For each hazard, the owner wrote down what controls, if any, were in place to manage these hazards. These controls were then compared to the guidance on He’s website. Where existing controls were not considered good enough, the owner wrote down what else needed to be done. 1 To identify the hazards, the owner: This example risk assessment shows the kind of approach a small business might take. It can be used as a guide to think through some of the hazards in your business and the steps you need to take to control the risks.
Please note that it is not a generic risk assessment that you can just put your many name on and adopt wholesale without any thought. This would not satisfy the law – and would not be effective in protecting people. Necessary, taking account of the apprentice’s lack of both experience and awareness of risk. Looked at He’s web pages for small businesses, to learn where hazards can occur; walked around the shop, the stockroom and all other areas, noting what might pose a risk and taking HOSE guidance into consideration.
The owner also considered occasional activities, such as changing light bulbs; talked to staff to learn from their knowledge and experience, and listen to their concerns and opinions about health and safety issues in the shop; looked at the accident book, to understand what previous problems there have been; decided that, on the apprentice’s first day at work, they would go through the risk assessment with him and decide what additional risk control measures were 4 The owner discussed the findings with staff, displayed the risk assessment in the staffroom and made it part of the induction process for new staff.
The owner decided when the actions that were needed would be done, and who would do them, and decided to tick the actions off as each was completed. 5 The owner decided to review and update the risk assessment every year or straightaway if major changes in the workplace happened. 1 of 4 pages Company name: Smith’s Butchers Date of risk assessment: 117/07 What are the hazards? Who might be harmed What are you already doing? And how? Manual handling Deliveries Staff risk strains or other injuries, to their back or elsewhere, from handling carcasses or other stock.
All staff are trained how to lift properly. High shelves are for light goods only. Walkways kept clear. Porter’s trolley available. Carcasses quartered by supplier, prior to delivery. Staff/customers risk sprains, fractures or bruising if they trip over objects, such as stock, or slip on spillages, egg from fat build up. Staff risk deep cuts or amputations from contact with blades or other machinery parts. Slips and trips Machinery Bandannas, mince’s, cutters, slickers What further action is necessary? Action by when? Done Remind staff that where possible, stock should be moved using the trolley.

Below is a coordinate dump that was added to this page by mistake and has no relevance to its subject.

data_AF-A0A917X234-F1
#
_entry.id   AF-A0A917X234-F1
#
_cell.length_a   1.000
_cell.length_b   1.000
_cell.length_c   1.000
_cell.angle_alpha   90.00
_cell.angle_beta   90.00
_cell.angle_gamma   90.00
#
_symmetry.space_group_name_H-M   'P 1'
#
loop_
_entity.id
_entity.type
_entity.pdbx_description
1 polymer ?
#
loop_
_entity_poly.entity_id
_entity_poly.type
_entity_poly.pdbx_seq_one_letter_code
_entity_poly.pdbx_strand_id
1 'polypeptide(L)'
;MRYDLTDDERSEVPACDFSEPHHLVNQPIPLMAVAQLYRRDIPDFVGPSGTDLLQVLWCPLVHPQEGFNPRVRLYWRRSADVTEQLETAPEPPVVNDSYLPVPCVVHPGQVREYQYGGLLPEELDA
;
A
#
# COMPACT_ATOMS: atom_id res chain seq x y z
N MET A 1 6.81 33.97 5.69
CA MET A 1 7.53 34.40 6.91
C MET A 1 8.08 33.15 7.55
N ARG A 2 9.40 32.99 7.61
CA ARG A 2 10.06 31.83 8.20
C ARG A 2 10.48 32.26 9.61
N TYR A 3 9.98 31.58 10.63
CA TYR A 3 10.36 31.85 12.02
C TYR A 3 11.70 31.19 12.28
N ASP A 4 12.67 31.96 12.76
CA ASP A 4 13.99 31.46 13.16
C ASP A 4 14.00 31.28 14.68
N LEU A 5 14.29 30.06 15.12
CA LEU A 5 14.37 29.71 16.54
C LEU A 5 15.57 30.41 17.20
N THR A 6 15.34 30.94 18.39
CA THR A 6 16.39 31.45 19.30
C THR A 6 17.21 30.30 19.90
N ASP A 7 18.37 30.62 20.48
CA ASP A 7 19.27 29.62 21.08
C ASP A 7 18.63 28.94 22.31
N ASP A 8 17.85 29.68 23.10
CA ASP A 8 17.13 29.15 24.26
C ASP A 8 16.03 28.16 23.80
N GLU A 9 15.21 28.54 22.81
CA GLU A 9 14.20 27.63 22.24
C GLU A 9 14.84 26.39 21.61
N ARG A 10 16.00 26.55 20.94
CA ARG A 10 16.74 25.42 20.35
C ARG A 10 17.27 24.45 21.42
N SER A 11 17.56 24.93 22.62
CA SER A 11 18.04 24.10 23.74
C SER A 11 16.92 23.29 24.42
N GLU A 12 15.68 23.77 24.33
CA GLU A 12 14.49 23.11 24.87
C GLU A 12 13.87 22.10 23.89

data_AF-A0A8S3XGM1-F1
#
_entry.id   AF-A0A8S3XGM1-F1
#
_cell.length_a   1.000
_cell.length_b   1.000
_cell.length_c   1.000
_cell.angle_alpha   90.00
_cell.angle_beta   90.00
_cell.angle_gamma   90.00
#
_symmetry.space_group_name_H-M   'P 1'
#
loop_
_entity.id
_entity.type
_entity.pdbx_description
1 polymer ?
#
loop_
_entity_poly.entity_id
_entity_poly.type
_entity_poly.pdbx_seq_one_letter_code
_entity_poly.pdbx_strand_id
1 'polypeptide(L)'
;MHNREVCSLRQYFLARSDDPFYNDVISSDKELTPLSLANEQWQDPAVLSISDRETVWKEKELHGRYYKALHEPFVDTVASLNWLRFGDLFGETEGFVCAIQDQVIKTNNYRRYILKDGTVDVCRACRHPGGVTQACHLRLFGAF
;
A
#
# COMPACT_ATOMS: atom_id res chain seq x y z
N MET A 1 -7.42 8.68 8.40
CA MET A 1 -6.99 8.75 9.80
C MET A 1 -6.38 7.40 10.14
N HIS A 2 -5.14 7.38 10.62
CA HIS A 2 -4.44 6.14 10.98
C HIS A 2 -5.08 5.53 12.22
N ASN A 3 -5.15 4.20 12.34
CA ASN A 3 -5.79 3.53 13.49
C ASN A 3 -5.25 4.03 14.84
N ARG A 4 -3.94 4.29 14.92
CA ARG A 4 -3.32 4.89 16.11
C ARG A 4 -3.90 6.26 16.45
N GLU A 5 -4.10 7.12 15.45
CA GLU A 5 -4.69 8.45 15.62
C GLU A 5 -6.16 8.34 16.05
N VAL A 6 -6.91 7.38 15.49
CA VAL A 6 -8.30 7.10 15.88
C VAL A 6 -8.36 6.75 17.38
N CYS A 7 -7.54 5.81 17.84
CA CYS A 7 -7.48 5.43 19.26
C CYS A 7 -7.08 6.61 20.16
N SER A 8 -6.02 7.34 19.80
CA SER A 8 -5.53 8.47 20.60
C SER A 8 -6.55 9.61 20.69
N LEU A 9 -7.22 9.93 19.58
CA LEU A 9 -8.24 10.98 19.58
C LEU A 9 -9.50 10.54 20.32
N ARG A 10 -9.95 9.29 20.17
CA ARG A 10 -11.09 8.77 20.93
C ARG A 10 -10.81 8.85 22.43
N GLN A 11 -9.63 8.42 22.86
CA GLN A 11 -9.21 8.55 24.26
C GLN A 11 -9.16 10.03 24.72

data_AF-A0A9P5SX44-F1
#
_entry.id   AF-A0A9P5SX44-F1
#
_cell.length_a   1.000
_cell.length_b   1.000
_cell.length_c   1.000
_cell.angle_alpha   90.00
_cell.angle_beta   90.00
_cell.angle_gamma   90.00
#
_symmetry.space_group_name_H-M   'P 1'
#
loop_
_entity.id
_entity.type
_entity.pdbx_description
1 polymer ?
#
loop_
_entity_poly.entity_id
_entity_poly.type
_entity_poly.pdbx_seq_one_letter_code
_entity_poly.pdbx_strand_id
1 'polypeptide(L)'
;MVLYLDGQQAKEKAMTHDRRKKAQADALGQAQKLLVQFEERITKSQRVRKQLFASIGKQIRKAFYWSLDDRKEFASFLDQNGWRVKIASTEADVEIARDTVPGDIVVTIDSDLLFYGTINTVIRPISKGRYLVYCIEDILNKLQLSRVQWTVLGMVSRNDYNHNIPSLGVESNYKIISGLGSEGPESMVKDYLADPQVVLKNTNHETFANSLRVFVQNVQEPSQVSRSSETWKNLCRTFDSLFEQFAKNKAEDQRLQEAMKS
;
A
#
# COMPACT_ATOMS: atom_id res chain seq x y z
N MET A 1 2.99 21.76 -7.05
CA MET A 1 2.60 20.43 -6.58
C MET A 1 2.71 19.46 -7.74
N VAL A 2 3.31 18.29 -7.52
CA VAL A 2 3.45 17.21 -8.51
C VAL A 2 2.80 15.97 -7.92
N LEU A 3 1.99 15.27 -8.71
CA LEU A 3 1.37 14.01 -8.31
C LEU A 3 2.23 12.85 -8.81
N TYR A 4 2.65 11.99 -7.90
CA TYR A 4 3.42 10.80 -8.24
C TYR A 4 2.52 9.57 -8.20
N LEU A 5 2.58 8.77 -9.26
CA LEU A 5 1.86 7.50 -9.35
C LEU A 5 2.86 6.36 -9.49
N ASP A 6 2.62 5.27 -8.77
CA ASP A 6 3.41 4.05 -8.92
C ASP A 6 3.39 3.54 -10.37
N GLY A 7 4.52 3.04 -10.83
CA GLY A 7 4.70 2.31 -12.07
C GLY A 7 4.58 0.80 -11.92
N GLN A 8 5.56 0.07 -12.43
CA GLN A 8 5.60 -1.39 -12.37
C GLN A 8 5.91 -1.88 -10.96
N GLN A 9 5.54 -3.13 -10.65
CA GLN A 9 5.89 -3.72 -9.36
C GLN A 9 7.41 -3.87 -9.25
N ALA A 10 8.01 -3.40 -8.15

Owner 7/7/07 6/7/07 Remind staff of the need to lift properly and safely, particularly when handling carcasses. Staff try to stop meat debris/blood getting on the floor – drip trays used, leaks on machines are fixed and staff put meat debris straight into bins. Staff ‘clean as they go’. Wet floor warning signs always used. Tiled floor even, in good condition and has good drainage. Doormats at entrance in wet weather. Good lighting in all areas. Staff wear sensible, non-slip footwear. Floor in all areas cleaned thoroughly according to a daily schedule. Remind staff to check for ice debris in the cold store and to clear this away. 0/7/07 19/7/07 Remind staff to clean shoes at end of day and heck soles have not worn smooth. All machines guarded according to manufacturers’ instructions. Staff trained in using machines safely, including pre-use checks and safe systems of work for clearing blockages. Blade carriers are always used when a blade is removed, and staff are trained to use them safely. Warning signs displayed at machines. Sufficient space provided for operator around machines. Push sticks provided as necessary. Apprentice not to use or clean machinery where there is access to moving parts.
Remind staff not to distract colleagues who are using machinery. Remind staff to do pre-use checks on machinery guards and to follow the safe system of work for clearing blockages, being especially sure to turn off the machine before doing so. Plan a closely supervised programmer for the apprentice in how to use and clean machinery. 2 of 4 pages Knives contact with blade. Staff trained in the safe use, maintenance and storage of knives. Staff use the right knives for the job. Knives kept sharp. PEP (chain mail gauntlet/apron) provided and staff know how to wear it and for what jobs. Sufficient space for staff to work safely.
Remind staff not to distract colleagues when hey are using knives. 17/7/07 Check that shop first-eiders are trained in first aid for stab wounds. Infection Staff risk cationic infection from absorbing raw meat. Good personal hygiene from all staff. Good washing and welfare facilities. Food waste stored in closed containers. Staff trained in washing out puncture wounds and covering cuts with food- grade plasters and dressings. Remind staff to clean and disinfect waste buckets every time they are emptied. Manager Work at height Changing light bulbs or displays Falls from any height can cause bruising/ fractures.